The U.S. Marshal Service (USMS) wasted nearly $800,000 on silk scarves, Christmas ornaments, and other "swag," according to an inspector general report released Tuesday.
The report analyzed spending on promotional items by the Investigative Operations Division (IOD), which conducts fugitive investigations for the Marshal Service.
"We found that the IOD spent at least $793,118 on promotional items during fiscal years 2005 to 2010 and that these expenditures were excessive and, in some instances, in contravention of Department Policies and Government Accountability Office (GAO) decisions and guidance," the report said.
"Furthermore, IOD’s spending on promotional items increased by 975 percent during the 6-year period examined by the OIG and vastly outpaced the growth of the USMS’s appropriation during the same period," the IG said.
"As an illustration of some of the IOD’s spending we found that in six years the IOD branches spent $155,081 on USMS challenge coins, $11,338 on neckties and silk scarves bearing the USMS seal, $13,605 on USMS-themed Christmas ornaments, $16,084 on USMS-themed blankets and throws, and $36,596 on USMS lapel pins."
Other spending included $8,789.60 on cufflinks, $6,266.04 on teddy bears, and $21,543.86 on key chains.
"Lamb wool blankets" costing $149 each, and $125 crystal statues were also given as retirement gifts.
The IG said that the silk neckties and scarves were "particularly popular" and were used to "promote goodwill" overseas.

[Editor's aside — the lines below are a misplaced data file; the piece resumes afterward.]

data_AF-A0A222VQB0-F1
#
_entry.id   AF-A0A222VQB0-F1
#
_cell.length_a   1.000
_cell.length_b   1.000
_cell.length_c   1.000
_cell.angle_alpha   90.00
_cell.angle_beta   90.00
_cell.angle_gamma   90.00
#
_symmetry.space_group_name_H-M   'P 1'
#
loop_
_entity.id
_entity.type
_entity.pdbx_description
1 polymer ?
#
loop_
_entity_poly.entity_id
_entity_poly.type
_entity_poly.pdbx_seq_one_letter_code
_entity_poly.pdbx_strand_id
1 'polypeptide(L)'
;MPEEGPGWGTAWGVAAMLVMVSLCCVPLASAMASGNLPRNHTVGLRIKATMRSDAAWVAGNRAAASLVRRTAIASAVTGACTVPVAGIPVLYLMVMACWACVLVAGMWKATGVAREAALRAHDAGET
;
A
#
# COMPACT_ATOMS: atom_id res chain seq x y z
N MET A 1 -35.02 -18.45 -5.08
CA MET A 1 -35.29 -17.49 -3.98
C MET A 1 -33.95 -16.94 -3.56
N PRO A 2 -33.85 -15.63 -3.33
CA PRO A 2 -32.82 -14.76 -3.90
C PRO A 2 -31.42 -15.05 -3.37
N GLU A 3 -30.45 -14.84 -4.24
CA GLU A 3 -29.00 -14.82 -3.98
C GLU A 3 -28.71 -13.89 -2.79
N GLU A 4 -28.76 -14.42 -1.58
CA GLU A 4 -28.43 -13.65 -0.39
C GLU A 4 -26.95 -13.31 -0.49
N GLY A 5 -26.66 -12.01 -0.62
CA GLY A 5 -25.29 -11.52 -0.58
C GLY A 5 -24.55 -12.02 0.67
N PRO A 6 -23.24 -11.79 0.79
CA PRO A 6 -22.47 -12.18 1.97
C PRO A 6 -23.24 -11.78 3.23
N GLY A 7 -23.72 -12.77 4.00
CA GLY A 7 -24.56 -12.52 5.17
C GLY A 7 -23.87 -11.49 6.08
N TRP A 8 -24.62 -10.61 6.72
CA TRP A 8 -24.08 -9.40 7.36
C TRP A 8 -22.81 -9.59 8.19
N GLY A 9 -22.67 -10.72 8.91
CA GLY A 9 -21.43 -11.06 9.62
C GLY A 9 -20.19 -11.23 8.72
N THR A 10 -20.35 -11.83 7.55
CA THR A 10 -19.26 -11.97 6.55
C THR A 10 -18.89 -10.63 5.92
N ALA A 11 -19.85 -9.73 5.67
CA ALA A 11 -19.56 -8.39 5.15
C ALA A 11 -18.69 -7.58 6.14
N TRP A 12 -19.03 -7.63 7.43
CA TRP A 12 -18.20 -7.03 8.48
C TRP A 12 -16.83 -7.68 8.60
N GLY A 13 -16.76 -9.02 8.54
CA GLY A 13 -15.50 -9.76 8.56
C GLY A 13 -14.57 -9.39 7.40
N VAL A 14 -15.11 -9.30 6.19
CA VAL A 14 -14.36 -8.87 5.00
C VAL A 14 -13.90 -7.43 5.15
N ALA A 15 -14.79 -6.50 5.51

"Witnesses from the International Investigations Branch told us that the silk ties and scarves were given to their foreign counterparts as a gesture of goodwill, as an expression of thanks, and in some instances, as farewell gifts to foreign officials whose embassy tours had ended," the report said.
The inspector general based its investigation on an anonymous letter received by the agency in 2010 that alleged that the Marshals were spending "excess end of year funding on ‘swag.’"
The letter pointed to about 500 silk ties with the USMS logo, 200 hand embroidered pillows, and expensive retirement gifts for senior managers.
The Marshal Service only spent $29,138.62 on promotional items in 2005. By 2010, spending had increased to $313,193.46, or $1,068.98 per its 293 employees.
"We found that the growth in spending on promotional items was the result of the absence of internal controls and accountability within the USMS, and the failure of USMS personnel who were given purchasing responsibilities to exercise good judgment," the report said.
USMS Director Stacia Hylton said she takes the matter "very seriously" and has instituted reforms since she was appointed in 2011.
"From 2011 forward we have endeavored to ensure the previous behavior from 2005 through 2010 did not continue," she said in a response to the report. "This effort is proven in the review of our financial records which show that in FY 2011 IOD spent less than $600 on ‘promotional and ceremonial’ items and less than $221 in FY 2012."